In a report presented to the Scottish Police Authority (SPA) yesterday, Police Scotland admitted achieving planned savings of £57.5m for 2015-16 from its £1 billion budget were always likely to be “challenging”.
The force said there was a £6.8m overspend for the financial year to date, which is forecast to rise to £25.3m.
Police Scotland was formed from the country’s eight regional forces in 2013 with the aim of saving £1.1bn by 2026.
Between 2012-13 and 201-/15 more than £140m – more than the combined budgets of three legacy forces – was saved from the overall budget.
But appearing before the SPA yesterday in place of Chief Constable Sir Stephen House, Deputy Chief Constable Neil Richardson said savings were getting “more difficult” to make.
Speaking after the meeting, he said: “We provided an update to the SPA board which highlighted a forecast budget deficit of £25m for the current financial year, which as we’ve previously said, was always identified as the most challenging for us.
“Our commitment to delivering effective and responsive policing to our communities is our priority, against a backdrop of having already achieved savings which are the equivalent of three legacy forces. Savings achieved in 2015-16 will bring that amount to the equivalent of the budgets of four legacy forces. We remain on track to deliver savings to the public purse of £1.1bn by 2026.”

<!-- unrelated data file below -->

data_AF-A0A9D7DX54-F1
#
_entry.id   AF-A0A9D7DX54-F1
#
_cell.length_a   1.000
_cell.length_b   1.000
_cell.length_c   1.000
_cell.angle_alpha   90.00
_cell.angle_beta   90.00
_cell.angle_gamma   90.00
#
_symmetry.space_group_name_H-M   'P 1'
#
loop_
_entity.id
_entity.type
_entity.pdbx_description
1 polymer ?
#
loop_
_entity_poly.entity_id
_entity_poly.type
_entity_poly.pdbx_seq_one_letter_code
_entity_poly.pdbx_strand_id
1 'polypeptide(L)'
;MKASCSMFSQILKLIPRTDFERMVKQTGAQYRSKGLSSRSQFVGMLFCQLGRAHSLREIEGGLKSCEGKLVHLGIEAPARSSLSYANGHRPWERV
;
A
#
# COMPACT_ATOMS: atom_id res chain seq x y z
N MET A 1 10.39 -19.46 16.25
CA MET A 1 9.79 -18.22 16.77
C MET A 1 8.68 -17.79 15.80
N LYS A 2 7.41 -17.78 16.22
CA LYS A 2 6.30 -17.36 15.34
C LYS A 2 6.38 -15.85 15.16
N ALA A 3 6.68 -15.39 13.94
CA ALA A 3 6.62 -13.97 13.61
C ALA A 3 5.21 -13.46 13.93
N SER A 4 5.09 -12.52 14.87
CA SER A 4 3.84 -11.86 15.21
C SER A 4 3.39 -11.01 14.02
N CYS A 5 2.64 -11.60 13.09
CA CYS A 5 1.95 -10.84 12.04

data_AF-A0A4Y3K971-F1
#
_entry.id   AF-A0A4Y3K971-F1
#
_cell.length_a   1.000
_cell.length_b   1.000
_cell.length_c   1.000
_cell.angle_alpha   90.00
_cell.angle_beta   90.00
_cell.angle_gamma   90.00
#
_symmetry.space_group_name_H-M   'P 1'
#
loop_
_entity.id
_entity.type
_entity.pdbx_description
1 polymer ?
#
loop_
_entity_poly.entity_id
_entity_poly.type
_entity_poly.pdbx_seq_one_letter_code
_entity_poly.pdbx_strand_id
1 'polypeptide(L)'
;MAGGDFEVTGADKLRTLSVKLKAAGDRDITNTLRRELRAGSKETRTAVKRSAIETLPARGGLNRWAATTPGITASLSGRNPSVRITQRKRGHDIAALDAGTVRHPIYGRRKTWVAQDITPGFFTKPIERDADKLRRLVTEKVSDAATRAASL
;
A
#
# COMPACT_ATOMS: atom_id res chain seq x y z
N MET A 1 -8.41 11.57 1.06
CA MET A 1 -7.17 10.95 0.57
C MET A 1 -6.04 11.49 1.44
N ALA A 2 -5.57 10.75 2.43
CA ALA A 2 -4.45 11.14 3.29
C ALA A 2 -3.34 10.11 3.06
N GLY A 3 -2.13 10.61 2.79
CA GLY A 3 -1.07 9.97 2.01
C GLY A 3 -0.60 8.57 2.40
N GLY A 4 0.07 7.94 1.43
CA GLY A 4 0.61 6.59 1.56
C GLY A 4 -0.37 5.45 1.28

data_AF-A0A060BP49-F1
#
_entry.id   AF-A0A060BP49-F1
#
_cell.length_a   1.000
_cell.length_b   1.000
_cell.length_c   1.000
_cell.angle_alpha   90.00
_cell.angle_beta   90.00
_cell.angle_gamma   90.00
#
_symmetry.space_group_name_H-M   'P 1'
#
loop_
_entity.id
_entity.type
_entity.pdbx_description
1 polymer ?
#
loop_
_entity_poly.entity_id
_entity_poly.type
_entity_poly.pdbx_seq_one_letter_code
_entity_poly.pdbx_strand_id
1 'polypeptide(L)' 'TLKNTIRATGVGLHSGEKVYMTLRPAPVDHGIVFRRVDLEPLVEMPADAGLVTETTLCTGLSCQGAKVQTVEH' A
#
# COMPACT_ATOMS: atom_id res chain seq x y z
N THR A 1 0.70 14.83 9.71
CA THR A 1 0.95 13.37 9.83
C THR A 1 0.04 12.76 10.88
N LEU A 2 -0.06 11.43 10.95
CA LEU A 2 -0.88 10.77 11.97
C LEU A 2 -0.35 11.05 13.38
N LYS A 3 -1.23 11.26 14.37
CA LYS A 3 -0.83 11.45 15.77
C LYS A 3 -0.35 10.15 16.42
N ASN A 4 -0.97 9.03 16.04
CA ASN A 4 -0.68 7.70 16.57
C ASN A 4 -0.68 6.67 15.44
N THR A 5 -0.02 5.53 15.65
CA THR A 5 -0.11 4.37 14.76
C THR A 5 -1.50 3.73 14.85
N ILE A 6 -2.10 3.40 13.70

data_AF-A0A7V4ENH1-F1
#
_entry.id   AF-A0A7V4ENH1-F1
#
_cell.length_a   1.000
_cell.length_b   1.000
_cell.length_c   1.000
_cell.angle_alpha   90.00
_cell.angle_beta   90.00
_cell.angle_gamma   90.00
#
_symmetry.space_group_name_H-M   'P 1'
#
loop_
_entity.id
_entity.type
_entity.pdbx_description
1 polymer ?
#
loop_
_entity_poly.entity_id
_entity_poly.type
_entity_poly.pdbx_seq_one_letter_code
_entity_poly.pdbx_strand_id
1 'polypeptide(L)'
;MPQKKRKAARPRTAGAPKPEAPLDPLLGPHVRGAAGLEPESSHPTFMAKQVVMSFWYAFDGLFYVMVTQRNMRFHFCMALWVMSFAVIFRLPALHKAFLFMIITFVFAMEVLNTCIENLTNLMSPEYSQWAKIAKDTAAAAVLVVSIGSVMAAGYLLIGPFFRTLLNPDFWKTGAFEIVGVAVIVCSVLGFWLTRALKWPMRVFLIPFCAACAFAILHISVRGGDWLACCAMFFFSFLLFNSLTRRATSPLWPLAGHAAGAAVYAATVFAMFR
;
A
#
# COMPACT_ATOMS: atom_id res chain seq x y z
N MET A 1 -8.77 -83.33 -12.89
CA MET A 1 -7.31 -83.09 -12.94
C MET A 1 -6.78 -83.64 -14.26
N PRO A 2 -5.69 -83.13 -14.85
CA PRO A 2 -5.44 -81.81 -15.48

The Police Scotland report said cost savings of £57.5m for the current financial year were “always acknowledged to be challenging”. It said a number of savings “will not fully deliver within the current financial year”.
Lib Dem justice spokeswoman Alison McInnes said: “Serious concerns were raised at the time of the creation of the single force regarding Police Scotland’s ability to make the savings that were projected. SNP ministers have always insisted that Police Scotland’s finances were on track despite evidence to the contrary.”
Labour MSP Graeme Pearson added: “After all the pain suffered by staff these past years, the growing budget gap reflects the absence of a fully-fleshed business case for reform from the start. The public need a viable police service.
“It is Michael Matheson’s duty to deliver one. We need his answer to this growing crisis.”
A Scottish Government spokeswoman said: “In previous years, Police Scotland and the SPA have successfully worked together to identify further savings and close any notional gaps, and savings targets were met in the first two years of reform.
“We will continue to work closely with both organisations to ensure policing in Scotland continues to perform effectively and efficiently.”